Ironman also has a large mental component, and your race plan should have considerations of your mental approach. When the race gets hard, what will be your inner monologue? If it turns into “this hurts really bad and I want to stop,” then you will be more likely to stop running. However, if you have a mental strategy based on positive self-talk, when the going gets tough, you can use your mantras to bring you back to center, staying in the moment, focusing on what you can control – i.e. your attitude! Leading up to race day, during your key endurance sessions, practice this mental approach and find a mantra that works for you, one that is focused on the process. For example, “I feel great and am running strong!” Research suggests that simply repeating statements like this, whether or not you believe them, can have a positive impact, so find your positive inner monologue and repeat it over and over in your head (or out loud), getting into the zone!
Just like in our project management analogy, your race plan should also consider some possible unexpected events. For example, what will you do if your goggles get knocked off? What will you do if you lose all of the nutrition from your bike? What will you do if you get a flat? These are just some examples of what can happen. Check out this video about Chrissie Wellington’s experience in Kona in 2008 (http://www.youtube.com/watch?v=qtslGL9Qat8 — about 1:30 in) — even World Champions face adversity and Chrissie discussed the importance of having a mental plan for dealing with it. She obviously went on to win the race.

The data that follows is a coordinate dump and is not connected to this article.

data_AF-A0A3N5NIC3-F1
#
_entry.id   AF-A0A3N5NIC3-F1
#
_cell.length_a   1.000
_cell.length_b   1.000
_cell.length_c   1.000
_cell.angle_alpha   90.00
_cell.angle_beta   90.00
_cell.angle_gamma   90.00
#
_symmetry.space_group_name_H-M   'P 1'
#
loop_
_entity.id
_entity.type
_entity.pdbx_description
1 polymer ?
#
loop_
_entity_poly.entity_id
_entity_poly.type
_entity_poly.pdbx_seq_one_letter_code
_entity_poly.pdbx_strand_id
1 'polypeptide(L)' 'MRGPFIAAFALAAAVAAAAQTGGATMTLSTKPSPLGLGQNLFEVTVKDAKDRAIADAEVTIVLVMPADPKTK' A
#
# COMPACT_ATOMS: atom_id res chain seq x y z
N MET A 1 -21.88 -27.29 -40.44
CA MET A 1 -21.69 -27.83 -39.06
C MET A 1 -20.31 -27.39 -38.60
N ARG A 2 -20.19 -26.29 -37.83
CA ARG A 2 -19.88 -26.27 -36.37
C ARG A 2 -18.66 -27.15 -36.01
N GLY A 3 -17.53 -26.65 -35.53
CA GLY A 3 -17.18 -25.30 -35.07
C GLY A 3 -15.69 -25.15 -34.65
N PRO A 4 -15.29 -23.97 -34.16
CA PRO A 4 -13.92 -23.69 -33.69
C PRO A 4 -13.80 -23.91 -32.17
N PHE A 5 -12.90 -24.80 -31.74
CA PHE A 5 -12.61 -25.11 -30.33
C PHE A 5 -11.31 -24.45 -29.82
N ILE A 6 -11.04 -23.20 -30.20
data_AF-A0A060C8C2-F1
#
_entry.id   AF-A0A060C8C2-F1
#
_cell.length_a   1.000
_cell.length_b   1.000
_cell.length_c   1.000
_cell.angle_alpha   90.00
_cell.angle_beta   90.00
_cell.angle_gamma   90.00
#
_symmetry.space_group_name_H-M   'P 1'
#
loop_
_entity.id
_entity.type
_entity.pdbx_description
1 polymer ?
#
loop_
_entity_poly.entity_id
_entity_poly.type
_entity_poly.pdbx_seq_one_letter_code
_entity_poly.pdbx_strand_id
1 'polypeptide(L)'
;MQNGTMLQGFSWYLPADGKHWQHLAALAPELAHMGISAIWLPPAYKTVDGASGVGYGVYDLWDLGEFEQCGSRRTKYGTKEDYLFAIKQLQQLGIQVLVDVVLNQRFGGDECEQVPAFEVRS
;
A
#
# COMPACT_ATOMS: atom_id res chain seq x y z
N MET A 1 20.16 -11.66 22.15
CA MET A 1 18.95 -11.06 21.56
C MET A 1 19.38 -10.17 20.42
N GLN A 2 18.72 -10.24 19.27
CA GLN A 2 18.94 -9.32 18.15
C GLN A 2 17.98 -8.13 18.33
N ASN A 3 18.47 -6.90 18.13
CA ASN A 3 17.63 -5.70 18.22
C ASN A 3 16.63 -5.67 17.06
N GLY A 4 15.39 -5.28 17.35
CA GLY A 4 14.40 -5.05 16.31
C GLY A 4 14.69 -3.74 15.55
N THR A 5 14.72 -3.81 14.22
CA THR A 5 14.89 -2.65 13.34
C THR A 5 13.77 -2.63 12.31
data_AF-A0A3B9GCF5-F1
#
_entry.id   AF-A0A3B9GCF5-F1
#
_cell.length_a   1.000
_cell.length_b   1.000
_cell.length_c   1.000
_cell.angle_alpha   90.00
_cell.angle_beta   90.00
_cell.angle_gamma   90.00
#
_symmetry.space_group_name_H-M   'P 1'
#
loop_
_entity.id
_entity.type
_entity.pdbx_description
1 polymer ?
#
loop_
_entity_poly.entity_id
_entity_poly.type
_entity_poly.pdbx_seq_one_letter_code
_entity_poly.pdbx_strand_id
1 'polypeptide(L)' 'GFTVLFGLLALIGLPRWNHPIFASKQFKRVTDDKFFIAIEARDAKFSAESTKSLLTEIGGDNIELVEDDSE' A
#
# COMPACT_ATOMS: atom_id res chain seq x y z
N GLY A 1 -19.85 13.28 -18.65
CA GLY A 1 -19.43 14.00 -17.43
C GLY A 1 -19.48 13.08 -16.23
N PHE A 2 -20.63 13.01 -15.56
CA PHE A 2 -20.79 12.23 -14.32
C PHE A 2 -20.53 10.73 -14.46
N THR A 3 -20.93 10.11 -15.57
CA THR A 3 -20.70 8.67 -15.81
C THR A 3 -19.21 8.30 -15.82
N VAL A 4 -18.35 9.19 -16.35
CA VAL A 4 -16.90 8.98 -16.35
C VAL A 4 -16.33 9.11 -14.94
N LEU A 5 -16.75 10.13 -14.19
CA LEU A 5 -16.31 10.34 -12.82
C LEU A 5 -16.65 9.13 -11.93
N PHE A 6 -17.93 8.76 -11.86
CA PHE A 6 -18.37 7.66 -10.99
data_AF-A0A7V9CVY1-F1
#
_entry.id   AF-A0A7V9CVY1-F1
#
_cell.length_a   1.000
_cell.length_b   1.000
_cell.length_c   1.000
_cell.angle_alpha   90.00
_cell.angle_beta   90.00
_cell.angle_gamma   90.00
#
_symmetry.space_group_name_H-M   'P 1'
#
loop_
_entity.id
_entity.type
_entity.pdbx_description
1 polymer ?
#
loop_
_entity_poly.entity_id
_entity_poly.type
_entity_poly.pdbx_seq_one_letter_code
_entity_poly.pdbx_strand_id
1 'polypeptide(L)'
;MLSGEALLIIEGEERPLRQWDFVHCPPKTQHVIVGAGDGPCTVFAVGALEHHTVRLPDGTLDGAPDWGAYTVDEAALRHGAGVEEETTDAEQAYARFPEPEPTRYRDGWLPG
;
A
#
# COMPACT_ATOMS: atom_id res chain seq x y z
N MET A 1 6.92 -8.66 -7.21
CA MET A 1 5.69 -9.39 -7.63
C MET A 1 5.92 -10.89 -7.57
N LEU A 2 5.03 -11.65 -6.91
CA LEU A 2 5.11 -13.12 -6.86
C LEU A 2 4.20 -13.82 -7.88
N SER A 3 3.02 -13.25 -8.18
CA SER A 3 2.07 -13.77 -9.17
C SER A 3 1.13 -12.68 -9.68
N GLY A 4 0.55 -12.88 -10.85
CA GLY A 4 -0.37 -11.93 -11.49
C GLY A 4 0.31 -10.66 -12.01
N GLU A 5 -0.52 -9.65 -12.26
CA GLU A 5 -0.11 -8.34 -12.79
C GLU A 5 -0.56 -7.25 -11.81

Ironman triathlon takes a large investment of mental, emotional, and physical energy, so why not increase your chances of success by planning ahead of time? If you are a first-timer, having plans will help alleviate some of the pre-race anxiety as you’ll be equipped with a solid race process and some mitigation strategies for the unexpected. If you are a competitive age-grouper, tweaking your race process as you get more experience will help you to continue to improve your outcomes. Here’s an outline of a race-planning worksheet to use prior to your next event. Use it to show up to your key event, ready physically and mentally to tackle the day!
1) Schedule leading up to race day
a. When will I arrive at the race site?
b. When will I register?
c. How will I get my bike and other equipment to the race site?
d. Will I drive the bike course or pre-ride the run course?
2) Dinner evening before
3) Race morning breakfast and everything prior to start
4) Start position and strategy
5) Contents of T1 bag
6) Nutrition? Is it on the bike? In bag?
7) Nutrition plan
8) Pacing Strategy
a. How will you guide your effort level? (e.g. power meter, HR, etc.)
b. How will you break up the bike?
9) Special needs bag contents
10) Contents of T2 bag
11) Pacing Strategy
a. How will you guide your effort level?
b. How will you break up the run?
12) Nutrition Strategy
13) Special needs bag contents
14) Contingency planning
a. Goggles knocked off
b. Panic in the water
c. Lose nutrition off bike
d. Flat tire
e. Mechanical issue
f. Digestive problems on bike
g. Digestive problems on run
15) Come up with 5 reasons why you are going to have a great race (keep these to yourself if you like)
16) Come up with 1 or 2 phrases you can repeat in your head to use as positive self-talk when it gets hard or when you have negative thoughts (keep these to yourself if you like)
17) When you get long into the marathon, you will want to stop running. Come up with the ONE reason you do this and why you will keep going (keep this to yourself if you like)Share